Burglary offences drop as police target serial thieves
A RELENTLESS pursuit of serial offenders by police has resulted in a record fall in house break-in crimes across SA.
Latest police figures reveal serious criminal trespass offences decreased by 12 per cent last financial year, at least 1626 offences, with the largest reductions in regional towns.
Assistant Commissioner Operations Paul Dickson said while there was “no single bullet’’ in tackling the problem, the continual targeting of recidivist offenders has had a significant impact. “It has been achieved by targeting individuals we know are involved in break-ins and making sure we pay a lot of attention to their activities,’’ he said.
In the metropolitan area, house break-ins dropped 625 offences to their lowest level ever, from 6843 in the 2016-17 financial year to 6218 last financial year, the equivalent of a 9 per cent fall. In regional SA, burglaries fell by 279 offences, from 1943 in the 2016-17 financial year to 1664 last financial year, a 14 per cent fall.
Non-residential break-ins such as on businesses and factories, showed a similar trend with a 9 per cent fall in the metropolitan area and a 14 per cent fall in regional areas. In cases in which a serial offender has been identified and arrested several times, police have asked the courts to impose stringent bail conditions, such as curfews if appropriate, that enabled police to monitor them closely.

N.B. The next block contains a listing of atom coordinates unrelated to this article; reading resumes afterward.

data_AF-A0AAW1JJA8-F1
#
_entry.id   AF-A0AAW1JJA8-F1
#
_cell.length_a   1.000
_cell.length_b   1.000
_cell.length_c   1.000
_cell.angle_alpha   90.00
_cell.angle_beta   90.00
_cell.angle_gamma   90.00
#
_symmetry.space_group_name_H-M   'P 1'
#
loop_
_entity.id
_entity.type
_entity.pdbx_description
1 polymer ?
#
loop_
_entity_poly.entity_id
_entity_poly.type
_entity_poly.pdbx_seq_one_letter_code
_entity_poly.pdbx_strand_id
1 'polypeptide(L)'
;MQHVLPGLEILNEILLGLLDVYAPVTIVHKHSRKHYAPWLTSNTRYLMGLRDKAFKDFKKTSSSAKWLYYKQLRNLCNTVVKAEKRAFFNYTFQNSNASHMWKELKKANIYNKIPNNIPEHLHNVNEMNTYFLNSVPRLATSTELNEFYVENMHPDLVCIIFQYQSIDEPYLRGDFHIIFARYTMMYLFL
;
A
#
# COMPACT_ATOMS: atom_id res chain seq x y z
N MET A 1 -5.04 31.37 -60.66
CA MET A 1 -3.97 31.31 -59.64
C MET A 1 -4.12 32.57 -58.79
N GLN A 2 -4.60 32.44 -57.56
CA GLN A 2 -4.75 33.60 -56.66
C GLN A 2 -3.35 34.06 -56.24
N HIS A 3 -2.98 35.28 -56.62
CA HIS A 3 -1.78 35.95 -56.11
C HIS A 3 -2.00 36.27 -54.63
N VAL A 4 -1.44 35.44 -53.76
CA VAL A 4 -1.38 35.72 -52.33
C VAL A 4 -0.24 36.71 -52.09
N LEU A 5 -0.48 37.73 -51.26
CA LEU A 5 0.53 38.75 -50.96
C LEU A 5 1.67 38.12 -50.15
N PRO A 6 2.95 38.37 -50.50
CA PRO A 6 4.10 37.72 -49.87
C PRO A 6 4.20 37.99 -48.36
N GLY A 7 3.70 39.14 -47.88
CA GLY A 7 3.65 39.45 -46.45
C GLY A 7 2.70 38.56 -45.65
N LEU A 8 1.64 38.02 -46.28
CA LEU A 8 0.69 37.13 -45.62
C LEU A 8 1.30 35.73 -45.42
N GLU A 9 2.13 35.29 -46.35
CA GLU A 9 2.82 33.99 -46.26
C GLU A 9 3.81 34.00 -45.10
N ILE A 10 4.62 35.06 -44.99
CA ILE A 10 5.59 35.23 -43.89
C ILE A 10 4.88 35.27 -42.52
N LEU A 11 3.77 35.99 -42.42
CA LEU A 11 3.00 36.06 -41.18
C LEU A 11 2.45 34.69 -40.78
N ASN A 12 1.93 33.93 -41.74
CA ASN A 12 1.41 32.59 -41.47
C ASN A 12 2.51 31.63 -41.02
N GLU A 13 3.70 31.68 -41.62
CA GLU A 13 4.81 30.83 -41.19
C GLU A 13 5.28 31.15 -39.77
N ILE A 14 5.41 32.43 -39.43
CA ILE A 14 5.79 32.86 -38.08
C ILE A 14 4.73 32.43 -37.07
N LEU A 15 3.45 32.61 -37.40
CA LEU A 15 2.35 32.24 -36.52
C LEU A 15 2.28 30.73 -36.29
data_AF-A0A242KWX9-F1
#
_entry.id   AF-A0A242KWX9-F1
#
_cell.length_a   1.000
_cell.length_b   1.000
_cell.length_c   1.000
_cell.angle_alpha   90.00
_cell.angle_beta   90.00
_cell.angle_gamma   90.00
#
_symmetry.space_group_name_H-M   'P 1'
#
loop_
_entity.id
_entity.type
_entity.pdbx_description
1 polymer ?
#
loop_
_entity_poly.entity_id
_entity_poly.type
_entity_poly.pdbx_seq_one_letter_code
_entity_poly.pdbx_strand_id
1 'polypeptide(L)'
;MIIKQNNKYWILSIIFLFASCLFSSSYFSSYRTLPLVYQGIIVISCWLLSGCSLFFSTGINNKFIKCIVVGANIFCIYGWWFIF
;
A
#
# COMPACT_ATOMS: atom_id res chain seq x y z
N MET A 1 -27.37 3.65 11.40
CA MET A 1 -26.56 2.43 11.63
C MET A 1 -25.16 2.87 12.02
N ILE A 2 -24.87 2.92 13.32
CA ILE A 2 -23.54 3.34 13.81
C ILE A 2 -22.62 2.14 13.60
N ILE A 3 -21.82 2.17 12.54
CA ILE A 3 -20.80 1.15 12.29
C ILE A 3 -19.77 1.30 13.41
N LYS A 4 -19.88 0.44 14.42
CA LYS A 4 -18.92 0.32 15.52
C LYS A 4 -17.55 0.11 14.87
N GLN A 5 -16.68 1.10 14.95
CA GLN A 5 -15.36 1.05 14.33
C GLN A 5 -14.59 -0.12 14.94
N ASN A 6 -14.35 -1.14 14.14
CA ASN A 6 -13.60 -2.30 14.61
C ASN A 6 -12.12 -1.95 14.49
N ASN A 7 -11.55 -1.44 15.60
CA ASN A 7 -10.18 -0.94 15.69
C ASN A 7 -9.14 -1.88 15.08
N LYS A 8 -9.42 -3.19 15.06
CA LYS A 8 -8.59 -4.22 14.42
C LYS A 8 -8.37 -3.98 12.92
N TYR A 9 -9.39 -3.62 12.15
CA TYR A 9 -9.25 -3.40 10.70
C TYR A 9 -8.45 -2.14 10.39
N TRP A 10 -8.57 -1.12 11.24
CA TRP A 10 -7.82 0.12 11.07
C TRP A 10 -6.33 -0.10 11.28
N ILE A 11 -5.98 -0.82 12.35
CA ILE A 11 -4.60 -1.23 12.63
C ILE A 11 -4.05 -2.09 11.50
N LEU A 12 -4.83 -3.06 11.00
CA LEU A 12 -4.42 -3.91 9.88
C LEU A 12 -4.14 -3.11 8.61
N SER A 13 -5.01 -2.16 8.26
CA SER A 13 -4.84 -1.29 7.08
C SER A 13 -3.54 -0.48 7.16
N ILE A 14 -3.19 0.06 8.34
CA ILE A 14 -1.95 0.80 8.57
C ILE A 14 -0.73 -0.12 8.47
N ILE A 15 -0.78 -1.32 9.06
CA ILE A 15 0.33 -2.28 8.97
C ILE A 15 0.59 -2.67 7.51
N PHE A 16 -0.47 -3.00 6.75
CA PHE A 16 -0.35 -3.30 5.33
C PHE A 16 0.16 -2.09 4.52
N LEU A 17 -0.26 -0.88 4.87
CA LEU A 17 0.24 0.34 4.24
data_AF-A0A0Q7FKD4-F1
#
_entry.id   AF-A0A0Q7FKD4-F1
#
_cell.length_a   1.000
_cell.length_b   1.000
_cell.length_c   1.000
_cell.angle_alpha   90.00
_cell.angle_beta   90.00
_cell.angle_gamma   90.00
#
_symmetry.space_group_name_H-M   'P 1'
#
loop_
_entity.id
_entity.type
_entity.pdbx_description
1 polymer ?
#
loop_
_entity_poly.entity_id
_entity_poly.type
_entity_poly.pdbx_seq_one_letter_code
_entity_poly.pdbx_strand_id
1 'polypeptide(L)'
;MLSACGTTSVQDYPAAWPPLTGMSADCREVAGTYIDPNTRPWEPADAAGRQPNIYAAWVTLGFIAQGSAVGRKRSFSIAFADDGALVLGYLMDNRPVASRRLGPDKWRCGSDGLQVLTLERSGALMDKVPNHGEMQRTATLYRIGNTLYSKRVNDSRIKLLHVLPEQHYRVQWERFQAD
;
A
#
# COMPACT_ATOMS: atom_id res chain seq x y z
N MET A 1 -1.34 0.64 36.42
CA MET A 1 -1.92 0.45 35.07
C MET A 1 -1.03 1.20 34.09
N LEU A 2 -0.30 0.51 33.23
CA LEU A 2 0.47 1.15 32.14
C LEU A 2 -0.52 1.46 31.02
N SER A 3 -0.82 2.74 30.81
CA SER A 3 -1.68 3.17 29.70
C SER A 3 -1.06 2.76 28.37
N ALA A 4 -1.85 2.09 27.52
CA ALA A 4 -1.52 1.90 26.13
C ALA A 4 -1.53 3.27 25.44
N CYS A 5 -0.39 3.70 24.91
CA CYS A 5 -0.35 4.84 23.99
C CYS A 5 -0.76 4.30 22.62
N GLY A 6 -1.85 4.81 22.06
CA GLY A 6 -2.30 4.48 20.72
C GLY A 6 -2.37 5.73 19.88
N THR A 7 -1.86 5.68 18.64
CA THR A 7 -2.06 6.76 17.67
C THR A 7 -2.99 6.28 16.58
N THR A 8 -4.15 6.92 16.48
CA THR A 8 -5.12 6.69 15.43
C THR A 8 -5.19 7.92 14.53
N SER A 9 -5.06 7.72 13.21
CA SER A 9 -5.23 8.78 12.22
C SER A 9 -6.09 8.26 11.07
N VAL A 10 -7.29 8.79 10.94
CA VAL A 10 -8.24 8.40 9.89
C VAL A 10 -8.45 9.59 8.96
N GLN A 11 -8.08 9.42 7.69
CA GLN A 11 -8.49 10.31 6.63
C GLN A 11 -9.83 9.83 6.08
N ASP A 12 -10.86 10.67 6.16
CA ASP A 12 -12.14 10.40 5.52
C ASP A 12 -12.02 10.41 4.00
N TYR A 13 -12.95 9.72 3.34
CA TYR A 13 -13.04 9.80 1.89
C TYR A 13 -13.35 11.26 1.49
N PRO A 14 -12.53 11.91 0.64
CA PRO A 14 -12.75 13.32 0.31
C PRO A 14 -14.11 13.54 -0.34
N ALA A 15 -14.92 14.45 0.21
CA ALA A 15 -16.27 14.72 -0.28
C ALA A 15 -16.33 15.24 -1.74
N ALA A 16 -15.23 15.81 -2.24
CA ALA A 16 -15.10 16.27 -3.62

Mr Dickson said: “Certainly when bail conditions are placed on individuals we police those conditions to ensure people are compliant, if they don’t we apprehend them and put them back before the court again”.
“There is no doubt a number of these individuals who are committing high numbers of these offences are recidivists and not only in the world of serious criminal trespass, they are committing other offences such as drug offending,” he said.
Another strategy component has been the focus on second-hand dealers who have been complicit in the disposal of stolen goods by turning a blind eye to their origins.
In July, The Advertiser revealed three dealers had been disqualified and another 16 charged or reported for a range of offences involving dealing with stolen goods or record keeping.
Police suspect the larger decrease in offending in country regions was because those living in smaller communities were more aware of activities within their towns and had a stronger relationship with their local police officers, making it more difficult for individuals to both offend and dispose of stolen goods.
“The success of the policing is knowing your community and having that dialogue with the community,’’ Mr Dickson said. “There is no doubt that nexus between the community and police is always stronger in a small country environment.’’
Police have continued to explore new methods of tracing stolen goods that were being sold online via sites such as Gumtree and on Facebook, with random checks on advertised goods now common.
“Our intelligence officers are continually searching the many different social media formats to identify stolen property,’’ he said. “We have had some good success in this area.’’ He said it was unlikely future decreases in offending would be at the same level, but “I am hoping at the end of this financial year we will be very close to this.’’